24. 24.

    Twenty-seven of these countries are in Africa, plus Iraq, Yemen and Indonesia (UNICEF 2016).

  25. 25.

    Some argue that Herodotus had confirmed the practice of female circumcision during his mid-fifth-century BCE visit to Egypt, and that there were signs of genital mutilation in 5th and 2nd century BCE female mummies. It is unclear whether Herodotus refers also to women when he writes about circumcision in his Historiae, Book II, Euterpe (cf. the text on Project Gutenberg:; it is also difficult to ascertain female genital mutilation in mummies (see Knight 2001; Johnsdotter 2012). There is a fifth-century BCE reference to clitoridectomy by Xantos of Lydia, as a Lydian practice to preserve the youthful beauty of a woman, similar to castration in boys (Rowlandson 1998). This seems to refer, though to a limited practice (like castration of boys) rather than a general custom. Surgery for excessively large clitoris is known to have been discussed in medical treatises and practiced in ancient Greece (Knight 2001; Johnsdotter 2012).

  26. 26.

    Another aspect of pastoralist lifestyle that might be linked to the emergence of FGM is the fact that in many nomadic pastoralist groups spouses spend a long time away from each other as women and girls tend for smaller animals closer to the home base, while men tend for the large animals (cattle, camels) and often have to take them far away from the home base in search of pastures and water. Infibulation could have, thus, emerged as a means to limit the sexual access to women during the periods of separation.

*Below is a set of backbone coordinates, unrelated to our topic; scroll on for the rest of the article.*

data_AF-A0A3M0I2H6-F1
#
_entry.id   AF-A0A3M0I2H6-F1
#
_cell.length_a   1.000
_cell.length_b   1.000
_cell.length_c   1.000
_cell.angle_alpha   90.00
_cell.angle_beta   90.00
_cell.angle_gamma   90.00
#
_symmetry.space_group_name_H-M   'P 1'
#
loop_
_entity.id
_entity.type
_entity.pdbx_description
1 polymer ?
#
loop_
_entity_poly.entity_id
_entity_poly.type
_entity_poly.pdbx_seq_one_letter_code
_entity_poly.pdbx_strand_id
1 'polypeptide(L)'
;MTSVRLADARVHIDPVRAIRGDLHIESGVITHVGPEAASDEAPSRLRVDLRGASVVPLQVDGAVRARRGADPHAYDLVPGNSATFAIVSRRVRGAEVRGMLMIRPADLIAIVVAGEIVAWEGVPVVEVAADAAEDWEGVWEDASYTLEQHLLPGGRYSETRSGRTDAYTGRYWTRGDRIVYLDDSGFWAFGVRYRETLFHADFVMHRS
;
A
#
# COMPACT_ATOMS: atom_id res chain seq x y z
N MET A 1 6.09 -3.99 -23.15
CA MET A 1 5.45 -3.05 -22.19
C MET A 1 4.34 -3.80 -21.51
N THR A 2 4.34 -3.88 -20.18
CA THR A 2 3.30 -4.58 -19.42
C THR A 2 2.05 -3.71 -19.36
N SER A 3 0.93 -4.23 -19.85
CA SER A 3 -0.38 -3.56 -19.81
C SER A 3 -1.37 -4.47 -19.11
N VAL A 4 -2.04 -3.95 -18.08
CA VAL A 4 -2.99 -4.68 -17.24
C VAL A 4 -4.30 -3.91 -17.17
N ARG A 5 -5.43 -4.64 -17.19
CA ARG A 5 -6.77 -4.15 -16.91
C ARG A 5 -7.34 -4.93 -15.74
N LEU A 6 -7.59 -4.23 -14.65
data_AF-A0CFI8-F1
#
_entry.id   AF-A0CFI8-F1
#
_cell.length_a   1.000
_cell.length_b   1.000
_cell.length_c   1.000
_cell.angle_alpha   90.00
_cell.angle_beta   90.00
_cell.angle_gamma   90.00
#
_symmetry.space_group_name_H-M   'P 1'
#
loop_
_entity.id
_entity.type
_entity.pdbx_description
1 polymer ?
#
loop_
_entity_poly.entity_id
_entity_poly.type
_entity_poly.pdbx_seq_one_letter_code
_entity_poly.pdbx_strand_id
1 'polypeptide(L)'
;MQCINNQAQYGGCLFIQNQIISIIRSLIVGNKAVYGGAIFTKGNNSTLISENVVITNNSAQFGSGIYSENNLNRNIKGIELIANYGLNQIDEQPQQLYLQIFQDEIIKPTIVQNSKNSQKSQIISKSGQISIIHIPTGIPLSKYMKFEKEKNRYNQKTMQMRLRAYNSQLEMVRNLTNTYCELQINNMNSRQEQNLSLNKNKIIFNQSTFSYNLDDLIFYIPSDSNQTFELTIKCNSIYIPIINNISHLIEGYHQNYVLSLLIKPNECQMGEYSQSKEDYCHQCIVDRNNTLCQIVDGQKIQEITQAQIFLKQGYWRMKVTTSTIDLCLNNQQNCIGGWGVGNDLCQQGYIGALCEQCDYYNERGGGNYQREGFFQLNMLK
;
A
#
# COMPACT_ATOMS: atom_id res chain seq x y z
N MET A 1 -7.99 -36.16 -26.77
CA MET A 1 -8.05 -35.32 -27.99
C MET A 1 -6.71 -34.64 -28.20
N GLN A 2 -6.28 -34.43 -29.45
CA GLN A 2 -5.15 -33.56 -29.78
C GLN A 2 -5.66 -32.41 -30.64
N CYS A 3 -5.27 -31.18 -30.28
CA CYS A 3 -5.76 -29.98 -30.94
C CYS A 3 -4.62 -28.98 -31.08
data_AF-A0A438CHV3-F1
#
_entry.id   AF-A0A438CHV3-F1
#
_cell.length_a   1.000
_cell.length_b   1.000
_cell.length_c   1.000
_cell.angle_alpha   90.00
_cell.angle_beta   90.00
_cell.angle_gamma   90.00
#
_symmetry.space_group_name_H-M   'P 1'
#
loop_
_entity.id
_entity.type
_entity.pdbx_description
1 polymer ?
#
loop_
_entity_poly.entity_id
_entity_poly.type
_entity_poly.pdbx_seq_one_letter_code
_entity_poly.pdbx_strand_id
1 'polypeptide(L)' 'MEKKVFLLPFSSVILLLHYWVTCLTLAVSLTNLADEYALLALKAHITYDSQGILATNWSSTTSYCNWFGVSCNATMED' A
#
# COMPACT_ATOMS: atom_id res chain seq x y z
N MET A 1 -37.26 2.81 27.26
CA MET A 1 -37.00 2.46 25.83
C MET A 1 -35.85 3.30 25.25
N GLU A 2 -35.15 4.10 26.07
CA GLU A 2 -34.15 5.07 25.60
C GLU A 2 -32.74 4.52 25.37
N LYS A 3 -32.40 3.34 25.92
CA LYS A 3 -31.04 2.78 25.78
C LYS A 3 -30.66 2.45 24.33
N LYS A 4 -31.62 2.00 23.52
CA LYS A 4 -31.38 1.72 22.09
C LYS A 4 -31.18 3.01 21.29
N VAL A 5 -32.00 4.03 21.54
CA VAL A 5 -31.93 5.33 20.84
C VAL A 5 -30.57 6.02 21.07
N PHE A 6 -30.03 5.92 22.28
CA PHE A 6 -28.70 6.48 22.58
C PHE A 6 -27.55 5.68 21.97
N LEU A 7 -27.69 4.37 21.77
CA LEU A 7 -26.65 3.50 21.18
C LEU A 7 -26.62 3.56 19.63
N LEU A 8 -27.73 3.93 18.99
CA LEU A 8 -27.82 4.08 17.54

27. 27.

    The recent deaths of several Somali girls following FGM was covered widely by international media (see e.g. Hodal 2018).

  28. 28.

    Paradoxically, we became fully aware of the anatomical complexities of the clitoris only at the turn of the 21st century through the work of the Australian urologist Helen O’Connell and her colleagues (1998, 2005).

  29. 29.

    On this background, the increasing incidence of vaginal plastic surgeries and the growing demand for “vaginal rejuvenation” and “designer vaginas” is ironic. According to statistics of the American Society of Plastic Surgeons (ASPS), over 10,000 labiaplasties have been performed annually in the US over the past two years (2018 and 2017), and these figures cover only the procedures done by ASPS member surgeons (American Society of Plastic Surgeons 2019). This surgery involves reducing the size or altering the shape of the labias for esthetic purposes, so it could formally fall under the definition of FGM, as partial removal of women’s external genitalia for non-medical reasons (WHO 1997, 2006b). This raises important questions on how social norms continue to affect the lives of women (for more on that see Liao and Creighton 2019; Nurka 2019; Green 2005).

  30. 30.